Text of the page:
Parenting books can be so boring, why not combine practical parenting advice with the new season of The Bachelor to liven things up a bit?!

Introducing: “Mother Rose Best”

The Bachelor is social currency where I work. You watch it, you come in the next day, and you tear it apart like a wake of hungry buzzards on a fresh pile of road kill. But I wasn’t always a member of Bachelor Nation.

“What do you mean you don’t watch it?” my boss once asked me.

I tried to explain that it just wasn’t for me. Two hours? Every week? How the heck would I fit in True Hollywood Stories and Real Housewives?

“You make it work,” she said as she wrote, Needs to work on multitasking and ability to meet deadlines on my mid-year review.

And thus my love affair with The Bachelor/Bachelorette began, and will steadfastly continue as long as Chris Harrison delivers drunk girls, hot tubs filled with cheap sequins, and a weekly reminder of Spring Break 1993 and why six dumbasses from the Northeast should thank the Patron Saint of Conception for putting them in college during a time when there was no Internet. Ahem. But I digress.

Watching this train wreck TV show is different now that I am a mom. It’s not just good old-fashioned smug, feel-better-about-yourself mockery. Thanks to social media these people have no boundaries and thanks to that, they’ve shunned conventional methods of meeting their mates. I mean, really? Whatever happened to getting shitfaced at the local bar and doing it in a bathroom stall? Jeesh, kids these days.

RELATED: “I Met My Husband the Old Fashioned Way”

I can’t help but think about all those parents watching the fruits of their loins exiting a limousine in a slutty Nordstrom Rack step-mother-of-the-bride gown on national television believing they’re on the road to finding love or better yet, a little notoriety on the pages of Us Weekly. Watching other people make terrible life choices serves as a constant reminder of all the things I want to warn my son, Quinn, against such as:

  • Never trust a woman who calls out another woman’s crow’s feet.
  • If the first thing she says to you grants permission to “plow her field,” Mommy isn’t going to bequeath her any of grandma’s jewelry.
  • If a woman shows up for a first date on a unicycle, she’s overcompensating for something; run for the hills, son. (How hard can it be to beat a woman peddling a unicycle uphill?)

Time to pause The Happiest Baby on the Block and home video of the hospital nurses swaddling your newborn. The Bachelor should be required viewing for new parents. It’s as important a decision as which car seat to spend your monthly mortgage on or which preschool will reject your child because you didn’t have the foresight to get their name on a waitlist six years before they were conceived. The Bachelor gives parents front row seats into the psyches of women who have irreparably damaged relationships with their primary caregivers and the men who will eventually appear on Dancing with the Stars.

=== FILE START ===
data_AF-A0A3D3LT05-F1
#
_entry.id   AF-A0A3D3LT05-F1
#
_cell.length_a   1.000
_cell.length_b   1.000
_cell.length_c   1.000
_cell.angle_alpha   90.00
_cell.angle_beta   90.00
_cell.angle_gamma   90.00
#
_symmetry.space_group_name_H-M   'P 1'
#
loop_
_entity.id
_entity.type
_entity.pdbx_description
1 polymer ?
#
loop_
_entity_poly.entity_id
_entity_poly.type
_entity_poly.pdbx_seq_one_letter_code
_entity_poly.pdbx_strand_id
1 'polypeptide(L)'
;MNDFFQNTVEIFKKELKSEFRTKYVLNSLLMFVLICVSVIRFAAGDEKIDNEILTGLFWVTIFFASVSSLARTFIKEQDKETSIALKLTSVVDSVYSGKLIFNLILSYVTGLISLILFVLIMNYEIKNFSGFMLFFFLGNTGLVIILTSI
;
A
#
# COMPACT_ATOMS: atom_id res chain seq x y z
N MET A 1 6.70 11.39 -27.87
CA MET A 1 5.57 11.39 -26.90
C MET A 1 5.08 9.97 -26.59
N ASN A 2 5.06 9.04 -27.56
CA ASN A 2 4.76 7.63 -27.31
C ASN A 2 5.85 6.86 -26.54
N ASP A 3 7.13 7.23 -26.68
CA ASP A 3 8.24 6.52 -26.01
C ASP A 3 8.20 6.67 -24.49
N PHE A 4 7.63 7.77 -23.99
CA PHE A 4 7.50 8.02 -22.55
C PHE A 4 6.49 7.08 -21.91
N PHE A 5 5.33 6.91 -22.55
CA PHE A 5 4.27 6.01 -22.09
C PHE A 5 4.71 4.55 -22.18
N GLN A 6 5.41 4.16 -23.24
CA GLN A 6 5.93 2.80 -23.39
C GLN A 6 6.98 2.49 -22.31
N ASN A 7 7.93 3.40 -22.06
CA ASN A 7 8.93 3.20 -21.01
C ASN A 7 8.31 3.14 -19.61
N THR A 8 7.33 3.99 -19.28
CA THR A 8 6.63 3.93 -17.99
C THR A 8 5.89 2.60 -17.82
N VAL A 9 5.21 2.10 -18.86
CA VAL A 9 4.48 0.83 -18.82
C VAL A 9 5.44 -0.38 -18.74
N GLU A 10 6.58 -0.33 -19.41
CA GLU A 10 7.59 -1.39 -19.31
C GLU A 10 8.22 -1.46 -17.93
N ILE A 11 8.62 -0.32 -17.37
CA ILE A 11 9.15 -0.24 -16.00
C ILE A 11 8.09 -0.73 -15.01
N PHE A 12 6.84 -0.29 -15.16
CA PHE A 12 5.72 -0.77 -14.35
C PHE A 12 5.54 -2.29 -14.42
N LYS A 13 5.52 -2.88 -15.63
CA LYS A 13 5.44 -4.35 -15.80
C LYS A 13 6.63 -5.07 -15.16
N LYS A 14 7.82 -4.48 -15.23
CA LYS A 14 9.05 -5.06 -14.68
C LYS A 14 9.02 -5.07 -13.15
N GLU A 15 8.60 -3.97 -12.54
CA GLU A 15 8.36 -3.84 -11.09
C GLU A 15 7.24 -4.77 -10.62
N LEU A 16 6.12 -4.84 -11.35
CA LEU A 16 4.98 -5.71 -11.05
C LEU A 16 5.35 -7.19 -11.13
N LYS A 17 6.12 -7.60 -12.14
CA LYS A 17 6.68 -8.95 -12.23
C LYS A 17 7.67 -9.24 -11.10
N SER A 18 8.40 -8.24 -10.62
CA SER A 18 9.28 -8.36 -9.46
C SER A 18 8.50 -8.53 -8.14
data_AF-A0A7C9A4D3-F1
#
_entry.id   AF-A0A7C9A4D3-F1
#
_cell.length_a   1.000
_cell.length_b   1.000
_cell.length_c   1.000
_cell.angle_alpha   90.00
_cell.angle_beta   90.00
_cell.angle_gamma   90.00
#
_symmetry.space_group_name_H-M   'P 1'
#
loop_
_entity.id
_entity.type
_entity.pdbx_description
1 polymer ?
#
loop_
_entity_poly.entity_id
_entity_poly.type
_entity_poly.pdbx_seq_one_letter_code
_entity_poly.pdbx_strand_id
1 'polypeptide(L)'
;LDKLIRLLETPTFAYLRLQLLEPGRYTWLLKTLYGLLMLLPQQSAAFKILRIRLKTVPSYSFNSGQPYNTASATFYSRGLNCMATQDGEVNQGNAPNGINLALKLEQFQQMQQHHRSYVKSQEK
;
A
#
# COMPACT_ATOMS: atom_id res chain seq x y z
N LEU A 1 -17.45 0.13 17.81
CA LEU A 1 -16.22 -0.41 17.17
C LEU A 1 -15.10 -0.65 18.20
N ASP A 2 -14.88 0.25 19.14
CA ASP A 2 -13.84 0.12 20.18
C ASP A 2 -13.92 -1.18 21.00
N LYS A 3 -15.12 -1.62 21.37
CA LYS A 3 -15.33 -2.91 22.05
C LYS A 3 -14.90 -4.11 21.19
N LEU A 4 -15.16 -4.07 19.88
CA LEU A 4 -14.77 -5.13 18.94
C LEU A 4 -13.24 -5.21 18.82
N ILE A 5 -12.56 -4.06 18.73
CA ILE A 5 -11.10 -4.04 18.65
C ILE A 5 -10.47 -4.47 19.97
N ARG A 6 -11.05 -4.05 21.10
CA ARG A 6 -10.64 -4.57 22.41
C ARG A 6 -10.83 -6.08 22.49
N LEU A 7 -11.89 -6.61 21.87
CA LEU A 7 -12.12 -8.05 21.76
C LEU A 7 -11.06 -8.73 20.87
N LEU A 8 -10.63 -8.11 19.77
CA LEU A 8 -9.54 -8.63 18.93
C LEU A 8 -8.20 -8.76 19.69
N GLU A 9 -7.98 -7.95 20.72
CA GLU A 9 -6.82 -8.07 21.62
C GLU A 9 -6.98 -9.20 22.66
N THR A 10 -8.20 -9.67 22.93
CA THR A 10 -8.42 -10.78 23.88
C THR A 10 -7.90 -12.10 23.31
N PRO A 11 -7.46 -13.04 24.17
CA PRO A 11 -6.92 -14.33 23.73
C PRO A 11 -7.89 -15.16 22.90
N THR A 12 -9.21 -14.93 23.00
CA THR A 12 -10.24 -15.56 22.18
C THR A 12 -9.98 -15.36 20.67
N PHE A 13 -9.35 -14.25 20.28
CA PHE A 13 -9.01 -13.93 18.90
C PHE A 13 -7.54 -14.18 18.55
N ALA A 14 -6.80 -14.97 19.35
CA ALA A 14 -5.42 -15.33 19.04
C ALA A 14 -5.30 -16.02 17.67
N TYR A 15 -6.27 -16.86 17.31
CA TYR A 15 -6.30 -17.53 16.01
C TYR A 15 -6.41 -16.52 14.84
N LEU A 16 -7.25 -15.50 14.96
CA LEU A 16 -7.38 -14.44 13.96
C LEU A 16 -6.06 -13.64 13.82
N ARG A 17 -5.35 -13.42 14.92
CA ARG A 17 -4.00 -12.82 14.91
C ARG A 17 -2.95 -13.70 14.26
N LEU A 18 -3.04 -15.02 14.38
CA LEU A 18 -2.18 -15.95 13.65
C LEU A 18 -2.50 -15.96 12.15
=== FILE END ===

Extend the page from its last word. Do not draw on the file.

So yes, I am going to watch every single episode of The Bachelor this season for the sole purpose of mining it for nuggets of good rearing (yeah, you can take that a couple different ways), and post my recaps/parenting tips here In the Powder Room. Here’s your first lesson, Children of the Future: Mommies lie. This show is GOLD! I’d watch it anyway. But knowing I can impart such important life lessons makes me feel a little better about my entertainment choices (which is more than I can say for the woman who winds up ass over chardonnay-soaked Spanx on a flagstone walkway thirteen minutes into the first cocktail party.) Kids, no rose for that girl. Then again, Christmas Eve with her in the family could get a whole lot more fun.

The Bachelor premieres TONIGHT at 8:00 p.m. EST on ABC. Tune in and then join us back here tomorrow for Shelly’s recap and related parenting tips! 

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This original piece by Shelly Mazzanoble was written exclusively for In the Powder Rooma division of Hold My Purse Productions, LLC. Featured images of hunky Ben H. courtesy ABC. 

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Shelly Mazzanoble is an author and playwright who has published essays and short stories on Scary Mommy, In the Powder Room, Blunt Moms, and Pregnant Chicken, and authors the humorous parenting column, Mom in the Middle, for Seattle-based parenting organization PEPs. Her essays have been syndicated on popular sites such as BlogHer. She is the mother of a toddler who provides endless fodder she will continue to exploit until he’s old enough to understand the word, “litigation.” Connect with Shelly on Twitter @shellymoo, Facebook, and her blog.

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